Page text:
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Your Potassium Level

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Measuring Potassium

Your body needs potassium! But, it’s vital to have the right amount of potassium in your blood. Too much—OR too little—can harm you. You get potassium from foods, and healthy kidneys help keep your levels in balance. Blood tests can tell you if your levels are in the normal range.

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Potassium is an Electrolyte

In your blood, tiny but precise amounts of dissolved potassium help your cells talk to each other. Potassium is an electrolyte. It helps carry electrical signals between your nerves and muscles—like your heart. Having the right amount of potassium in your blood is key to good health.

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What Does Potassium Do for You?

You need potassium so your muscles (including your heart), kidneys, gut, and nerves will work well. When your kidneys don’t work as well as they should, potassium can build up to harmful levels in your blood. Having too much or too little potassium can stop your heart.

Potassium levels pie chart. High is more than 5.1 milligrams per deciliter. Normal potassium level is 3.5 to 5.1 milligrams per deciliter, and low is less than 3.5 milligrams per deciliter.

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What Does Your Potassium Level Mean?

Do you know your serum potassium level? If you do, plug it into our Potassium Calculator to see how you’re doing with your potassium.

Too high! If your potassium level is above 5.1 mg/dL, there could be many reasons. In stage 3 CKD, the kidneys become less able remove potassium. Some types of blood pressure pills may also raise potassium levels. If your kidneys fail, it is all too easy to get too much potassium from food. If your level goes up slowly, you may not feel any different. If it goes up quickly, you may feel weak or tired. Be careful! VERY high levels of potassium can stop your heart. Talk to your doctor if your levels are high.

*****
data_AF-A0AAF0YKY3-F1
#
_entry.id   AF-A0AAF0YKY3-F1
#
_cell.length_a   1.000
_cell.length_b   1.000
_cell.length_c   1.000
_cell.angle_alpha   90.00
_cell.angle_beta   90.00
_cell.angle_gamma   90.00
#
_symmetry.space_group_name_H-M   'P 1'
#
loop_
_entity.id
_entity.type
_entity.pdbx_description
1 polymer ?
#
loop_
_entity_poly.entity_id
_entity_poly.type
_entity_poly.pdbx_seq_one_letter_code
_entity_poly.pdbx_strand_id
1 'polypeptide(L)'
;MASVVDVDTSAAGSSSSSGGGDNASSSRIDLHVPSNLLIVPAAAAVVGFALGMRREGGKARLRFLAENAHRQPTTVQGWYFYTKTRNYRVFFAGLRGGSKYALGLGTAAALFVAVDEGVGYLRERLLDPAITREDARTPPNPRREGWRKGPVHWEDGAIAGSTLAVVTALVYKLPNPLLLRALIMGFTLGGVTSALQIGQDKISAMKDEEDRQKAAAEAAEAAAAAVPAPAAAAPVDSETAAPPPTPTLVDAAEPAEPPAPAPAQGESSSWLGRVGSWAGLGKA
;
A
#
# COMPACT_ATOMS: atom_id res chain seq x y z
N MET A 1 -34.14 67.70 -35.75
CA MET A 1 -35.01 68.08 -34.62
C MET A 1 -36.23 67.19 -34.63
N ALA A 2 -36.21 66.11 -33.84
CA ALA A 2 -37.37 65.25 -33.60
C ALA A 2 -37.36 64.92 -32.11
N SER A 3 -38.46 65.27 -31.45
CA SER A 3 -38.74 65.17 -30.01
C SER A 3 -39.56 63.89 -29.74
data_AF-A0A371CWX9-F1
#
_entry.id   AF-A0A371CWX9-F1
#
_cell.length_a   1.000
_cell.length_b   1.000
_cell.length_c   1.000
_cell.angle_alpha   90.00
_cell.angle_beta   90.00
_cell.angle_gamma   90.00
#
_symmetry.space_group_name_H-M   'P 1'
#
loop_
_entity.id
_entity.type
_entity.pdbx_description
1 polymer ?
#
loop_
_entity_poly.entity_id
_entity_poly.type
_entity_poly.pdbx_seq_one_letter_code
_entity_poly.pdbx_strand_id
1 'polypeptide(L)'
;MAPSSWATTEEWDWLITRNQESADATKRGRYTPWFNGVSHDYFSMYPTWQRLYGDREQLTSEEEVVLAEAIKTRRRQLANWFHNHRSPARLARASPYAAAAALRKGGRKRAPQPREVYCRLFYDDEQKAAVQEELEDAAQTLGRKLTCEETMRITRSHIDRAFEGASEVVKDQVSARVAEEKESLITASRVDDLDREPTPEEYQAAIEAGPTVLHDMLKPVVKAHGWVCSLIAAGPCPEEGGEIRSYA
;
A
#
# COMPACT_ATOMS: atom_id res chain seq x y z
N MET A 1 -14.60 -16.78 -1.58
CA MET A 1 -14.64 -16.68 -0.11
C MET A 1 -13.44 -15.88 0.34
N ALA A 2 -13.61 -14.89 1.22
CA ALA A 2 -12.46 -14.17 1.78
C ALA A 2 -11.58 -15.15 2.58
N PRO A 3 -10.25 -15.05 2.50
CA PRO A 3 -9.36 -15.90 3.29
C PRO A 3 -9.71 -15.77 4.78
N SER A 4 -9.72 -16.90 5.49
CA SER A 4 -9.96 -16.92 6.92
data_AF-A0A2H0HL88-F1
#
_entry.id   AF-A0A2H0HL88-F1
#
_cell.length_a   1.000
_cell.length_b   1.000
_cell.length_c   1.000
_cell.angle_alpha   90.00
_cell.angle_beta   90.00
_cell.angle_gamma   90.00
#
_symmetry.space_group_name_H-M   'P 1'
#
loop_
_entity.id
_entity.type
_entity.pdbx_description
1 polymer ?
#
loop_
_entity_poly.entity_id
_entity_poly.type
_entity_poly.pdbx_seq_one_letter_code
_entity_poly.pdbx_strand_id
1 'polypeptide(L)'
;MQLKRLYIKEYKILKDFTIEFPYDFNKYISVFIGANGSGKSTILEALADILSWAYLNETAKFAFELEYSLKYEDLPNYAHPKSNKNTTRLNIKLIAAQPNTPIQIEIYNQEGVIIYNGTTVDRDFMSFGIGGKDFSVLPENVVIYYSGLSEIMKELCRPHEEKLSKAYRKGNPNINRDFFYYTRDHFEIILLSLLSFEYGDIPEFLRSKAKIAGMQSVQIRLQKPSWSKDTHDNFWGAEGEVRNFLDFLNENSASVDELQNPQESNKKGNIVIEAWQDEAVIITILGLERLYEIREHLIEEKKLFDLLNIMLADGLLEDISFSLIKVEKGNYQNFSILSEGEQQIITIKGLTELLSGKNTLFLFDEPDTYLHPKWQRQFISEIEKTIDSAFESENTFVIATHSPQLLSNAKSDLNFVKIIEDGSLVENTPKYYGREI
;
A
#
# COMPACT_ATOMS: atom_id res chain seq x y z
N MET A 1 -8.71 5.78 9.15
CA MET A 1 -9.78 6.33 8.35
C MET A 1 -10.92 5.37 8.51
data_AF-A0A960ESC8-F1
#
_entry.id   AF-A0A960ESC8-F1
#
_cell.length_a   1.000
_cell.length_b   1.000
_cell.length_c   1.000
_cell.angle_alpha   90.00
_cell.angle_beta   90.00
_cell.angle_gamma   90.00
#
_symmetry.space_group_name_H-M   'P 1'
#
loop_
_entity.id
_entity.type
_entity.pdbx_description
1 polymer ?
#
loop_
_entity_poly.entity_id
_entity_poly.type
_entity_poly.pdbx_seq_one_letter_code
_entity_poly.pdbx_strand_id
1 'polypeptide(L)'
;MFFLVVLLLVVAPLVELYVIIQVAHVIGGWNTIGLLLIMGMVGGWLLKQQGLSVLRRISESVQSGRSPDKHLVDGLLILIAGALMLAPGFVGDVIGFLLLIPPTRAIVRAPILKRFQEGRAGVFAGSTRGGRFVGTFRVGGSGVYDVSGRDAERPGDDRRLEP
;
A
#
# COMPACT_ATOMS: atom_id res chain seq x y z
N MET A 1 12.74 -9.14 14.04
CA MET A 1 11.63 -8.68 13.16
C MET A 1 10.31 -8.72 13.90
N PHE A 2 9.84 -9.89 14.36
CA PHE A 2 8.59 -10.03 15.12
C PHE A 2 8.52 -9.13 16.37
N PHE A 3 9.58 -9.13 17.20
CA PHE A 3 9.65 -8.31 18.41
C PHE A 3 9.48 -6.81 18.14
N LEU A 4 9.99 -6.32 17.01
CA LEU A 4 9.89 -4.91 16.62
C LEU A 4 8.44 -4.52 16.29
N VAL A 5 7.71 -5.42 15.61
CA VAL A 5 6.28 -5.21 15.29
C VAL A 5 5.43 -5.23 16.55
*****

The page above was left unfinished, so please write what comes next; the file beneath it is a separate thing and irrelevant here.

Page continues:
Just right. Good for you if your potassium level is in the target range. This is right where your care team likes to see it. Keep up the good work.

Too low! Low potassium levels (under 3.5 mg/dL) can occur if you throw up a lot, have diarrhea, or take diuretics (“water pills”) to help lower your blood pressure. If this happens, you may feel weak, tired, or have extra heartbeats. To learn more about diuretics and other medications visit the Pharmacy.

warning for foods with high phosphorus like beans, tomatoes, bananas, avocados, dried fruit, potatoes


Limiting High Potassium Foods

You take in potassium through foods you eat—especially fruits and juices. If you take a diuretic, your doctor may change your dose or check your blood potassium often. Keeping your potassium in the normal range may mean limiting high potassium foods and drinks, like:

  • Dried fruits, like raisins, apricots, or prunes
  • Tropical fruits, like mango and papaya
  • Avocados
  • Beans
  • Tomatoes
  • Potatoes
  • Milk
  • Coffee
  • Salt substitutes

The U.S. Department of Agriculture (USDA) has a list of foods with potassium amounts* that might be helpful to use. Visit the Nutrition Room to learn more about potassium.

* Links will take you outside of the Department of Veterans Affairs website. VA does not endorse and is not responsible for the content of the linked websites.